Bass Number 93 Spector 5-string

Spector 5-string

Spector 5-string

A funny memory I have about the name Spector has to do with fellow bassist Dino DiNicolo.  One night, we were talking about his bass, a Spector, and I thought he said Schecter.  (Which I own two of)  He’d never heard of Schecter, but thought it sounded like the Yiddish version of Spector.  Silly as that is, I always smile when I think of the name Spector.

Spector is an odd company.  Reading through it’s history is like a mini who’s who of American guitar building.  Stuart Spector started his company in 1974, but it wasn’t until 1977 when a bass designed by Ned Steinberger, called the NS, that things really started to take off.  Spector’s first employee was Vinnie Fodera.

Spector sold his company to Kramer in 1985 and in 1986 Spector production started at Kramer.  Unfortunately, by 1991 Kramer went bankrupt.  Stuart Spector fought to regain the rights to his name and in 1998 started Stuart Spector Designs. Spector built since then are build by Spector in the U.S., China, Korea or the  Czech Republic.

Out of bankruptcy, Kramer was sold to Gibson and current production is through their Epiphone subsidiary.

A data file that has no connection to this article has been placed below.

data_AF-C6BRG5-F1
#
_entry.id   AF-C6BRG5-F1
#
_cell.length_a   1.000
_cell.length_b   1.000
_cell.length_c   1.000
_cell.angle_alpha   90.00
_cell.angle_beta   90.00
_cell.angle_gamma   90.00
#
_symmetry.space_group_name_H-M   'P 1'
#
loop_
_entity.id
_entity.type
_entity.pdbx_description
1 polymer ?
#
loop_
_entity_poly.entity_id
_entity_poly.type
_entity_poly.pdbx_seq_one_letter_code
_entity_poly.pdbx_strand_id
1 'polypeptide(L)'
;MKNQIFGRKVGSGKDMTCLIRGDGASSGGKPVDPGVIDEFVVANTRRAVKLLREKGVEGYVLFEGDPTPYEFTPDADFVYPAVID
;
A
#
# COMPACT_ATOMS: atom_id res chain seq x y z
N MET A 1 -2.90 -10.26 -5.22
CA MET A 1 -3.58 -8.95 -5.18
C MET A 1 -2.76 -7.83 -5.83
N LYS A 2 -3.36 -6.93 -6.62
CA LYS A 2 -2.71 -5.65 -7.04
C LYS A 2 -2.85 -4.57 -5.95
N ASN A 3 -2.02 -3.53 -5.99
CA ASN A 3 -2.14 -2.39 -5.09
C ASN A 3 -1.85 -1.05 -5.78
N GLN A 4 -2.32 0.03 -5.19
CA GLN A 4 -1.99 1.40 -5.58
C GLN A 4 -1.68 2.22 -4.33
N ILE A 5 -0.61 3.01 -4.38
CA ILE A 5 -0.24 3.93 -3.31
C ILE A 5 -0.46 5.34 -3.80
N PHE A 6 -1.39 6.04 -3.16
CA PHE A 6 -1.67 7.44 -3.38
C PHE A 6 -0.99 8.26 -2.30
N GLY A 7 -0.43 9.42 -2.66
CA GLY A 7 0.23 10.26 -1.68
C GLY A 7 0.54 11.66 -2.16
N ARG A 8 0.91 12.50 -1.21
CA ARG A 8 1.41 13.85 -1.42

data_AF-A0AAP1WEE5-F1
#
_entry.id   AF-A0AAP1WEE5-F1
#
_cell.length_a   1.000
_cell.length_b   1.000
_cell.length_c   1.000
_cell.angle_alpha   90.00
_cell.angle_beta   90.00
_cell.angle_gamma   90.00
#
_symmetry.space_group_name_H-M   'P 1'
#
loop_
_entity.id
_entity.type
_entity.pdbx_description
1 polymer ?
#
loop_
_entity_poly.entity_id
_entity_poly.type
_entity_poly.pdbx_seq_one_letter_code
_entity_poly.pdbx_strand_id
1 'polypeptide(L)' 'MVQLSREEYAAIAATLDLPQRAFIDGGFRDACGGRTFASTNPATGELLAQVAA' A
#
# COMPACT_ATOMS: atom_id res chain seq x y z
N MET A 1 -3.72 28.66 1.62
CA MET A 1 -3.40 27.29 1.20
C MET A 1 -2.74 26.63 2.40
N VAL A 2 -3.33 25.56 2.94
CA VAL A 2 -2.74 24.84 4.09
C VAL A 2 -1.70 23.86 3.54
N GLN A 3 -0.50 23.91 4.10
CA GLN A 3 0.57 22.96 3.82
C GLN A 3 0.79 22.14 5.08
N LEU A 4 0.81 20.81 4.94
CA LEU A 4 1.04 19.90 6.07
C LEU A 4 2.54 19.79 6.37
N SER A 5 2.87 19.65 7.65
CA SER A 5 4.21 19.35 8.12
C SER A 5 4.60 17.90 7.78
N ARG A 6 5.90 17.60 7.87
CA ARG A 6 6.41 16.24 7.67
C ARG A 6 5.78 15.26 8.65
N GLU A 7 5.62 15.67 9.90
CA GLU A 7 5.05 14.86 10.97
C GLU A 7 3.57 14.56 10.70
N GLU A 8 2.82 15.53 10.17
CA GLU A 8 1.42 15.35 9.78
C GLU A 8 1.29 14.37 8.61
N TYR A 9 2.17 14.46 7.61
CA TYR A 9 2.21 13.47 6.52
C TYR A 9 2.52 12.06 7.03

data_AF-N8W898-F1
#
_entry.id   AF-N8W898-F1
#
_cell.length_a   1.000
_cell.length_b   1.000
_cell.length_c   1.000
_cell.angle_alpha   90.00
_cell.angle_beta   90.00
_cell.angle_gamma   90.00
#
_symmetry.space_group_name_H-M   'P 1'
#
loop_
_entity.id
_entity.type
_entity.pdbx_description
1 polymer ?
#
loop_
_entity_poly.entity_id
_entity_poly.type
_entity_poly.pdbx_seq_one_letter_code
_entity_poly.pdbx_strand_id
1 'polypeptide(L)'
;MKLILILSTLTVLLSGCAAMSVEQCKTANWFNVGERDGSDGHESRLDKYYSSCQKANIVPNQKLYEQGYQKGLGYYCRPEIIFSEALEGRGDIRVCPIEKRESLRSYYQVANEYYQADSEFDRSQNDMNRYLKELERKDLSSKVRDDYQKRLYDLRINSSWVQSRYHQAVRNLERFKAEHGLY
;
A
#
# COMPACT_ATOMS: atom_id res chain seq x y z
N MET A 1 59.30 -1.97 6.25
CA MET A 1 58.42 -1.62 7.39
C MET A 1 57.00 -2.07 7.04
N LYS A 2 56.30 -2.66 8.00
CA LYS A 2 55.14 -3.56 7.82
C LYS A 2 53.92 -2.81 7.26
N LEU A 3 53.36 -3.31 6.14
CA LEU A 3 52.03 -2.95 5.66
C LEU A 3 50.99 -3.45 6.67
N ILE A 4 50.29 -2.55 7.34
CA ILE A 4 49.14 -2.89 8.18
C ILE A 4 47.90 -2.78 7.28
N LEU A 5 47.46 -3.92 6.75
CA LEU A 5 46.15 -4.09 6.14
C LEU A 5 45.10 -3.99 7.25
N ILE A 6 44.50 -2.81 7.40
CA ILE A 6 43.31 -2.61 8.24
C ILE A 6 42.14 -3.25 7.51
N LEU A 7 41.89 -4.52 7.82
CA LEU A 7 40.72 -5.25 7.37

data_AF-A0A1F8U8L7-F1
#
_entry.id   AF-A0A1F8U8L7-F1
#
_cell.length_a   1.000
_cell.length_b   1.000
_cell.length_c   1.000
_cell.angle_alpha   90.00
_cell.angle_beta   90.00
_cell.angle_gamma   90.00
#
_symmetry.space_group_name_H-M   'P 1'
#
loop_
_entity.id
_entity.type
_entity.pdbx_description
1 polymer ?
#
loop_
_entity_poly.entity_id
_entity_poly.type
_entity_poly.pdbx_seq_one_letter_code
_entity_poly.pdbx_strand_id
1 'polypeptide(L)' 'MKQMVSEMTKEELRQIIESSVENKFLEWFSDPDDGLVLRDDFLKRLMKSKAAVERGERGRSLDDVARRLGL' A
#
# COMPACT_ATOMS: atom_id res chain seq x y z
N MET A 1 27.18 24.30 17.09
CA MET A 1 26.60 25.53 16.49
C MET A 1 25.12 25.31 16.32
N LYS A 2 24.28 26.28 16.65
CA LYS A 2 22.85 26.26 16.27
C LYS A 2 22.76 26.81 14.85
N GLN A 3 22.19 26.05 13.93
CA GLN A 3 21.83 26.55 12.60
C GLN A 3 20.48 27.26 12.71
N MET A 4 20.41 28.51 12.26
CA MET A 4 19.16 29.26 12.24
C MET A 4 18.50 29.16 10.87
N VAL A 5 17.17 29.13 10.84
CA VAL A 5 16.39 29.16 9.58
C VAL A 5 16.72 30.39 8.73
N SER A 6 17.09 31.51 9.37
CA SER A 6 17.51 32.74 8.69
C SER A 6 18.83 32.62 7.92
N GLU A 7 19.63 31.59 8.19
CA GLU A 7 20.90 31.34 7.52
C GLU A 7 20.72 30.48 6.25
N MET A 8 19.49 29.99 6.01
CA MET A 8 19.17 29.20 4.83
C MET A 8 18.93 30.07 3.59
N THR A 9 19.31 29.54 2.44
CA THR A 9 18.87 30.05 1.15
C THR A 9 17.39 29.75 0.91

Spector 5-string Headstock

Spector 5-string Headstock

As for this bass, there’s not a lot of information.  The tag says, “Spector 5-string”.  No indication of when it was built and I didn’t look for a country of origin.  (Prior to this, I’d thought they were all built in the States.)

At first I’d have to say this bass reminded me of my own Warwick Corvette.  Not so much in it’s styling, but in construction.  In fact the styling is a lot like the Warwick Streamer.

The back of this bass has quite a curve to it.  This apparently is to make it more ergonomic.  I guess this assumes that most bass players have a beer gut.  But who am I to talk?  I certainly fit into that category!

Although I didn’t know what knob did what, I was able to get a great range of sounds from this bass.  Everything from funky and snappy to very mellow.  The bass played very well and had a great feel to it.  The only mystery to me was the price tag.  This used bass was on sale for $899.00 CDN and Long & McQuade in Vancouver.  Seems like a steal for such a high quality boutique instrument.  Hmmm, I wouldn’t mind mind having one.

But then again looking through the Spector Website models, there are some great finish choices.  These guys make some great looking basses.  But I’m really confused about all the choices.  USA Series, Europe Series, Professional Series and Performer Series.  What does this all mean?  Which one do I want?  Oh well, I won’t be buying one anytime soon I guess.

“Stay Tuned!”

PS The Bass-Aholic link for Spector is here, but is in desperate need of updating.

Read more about Stuart Spector in American Basses…

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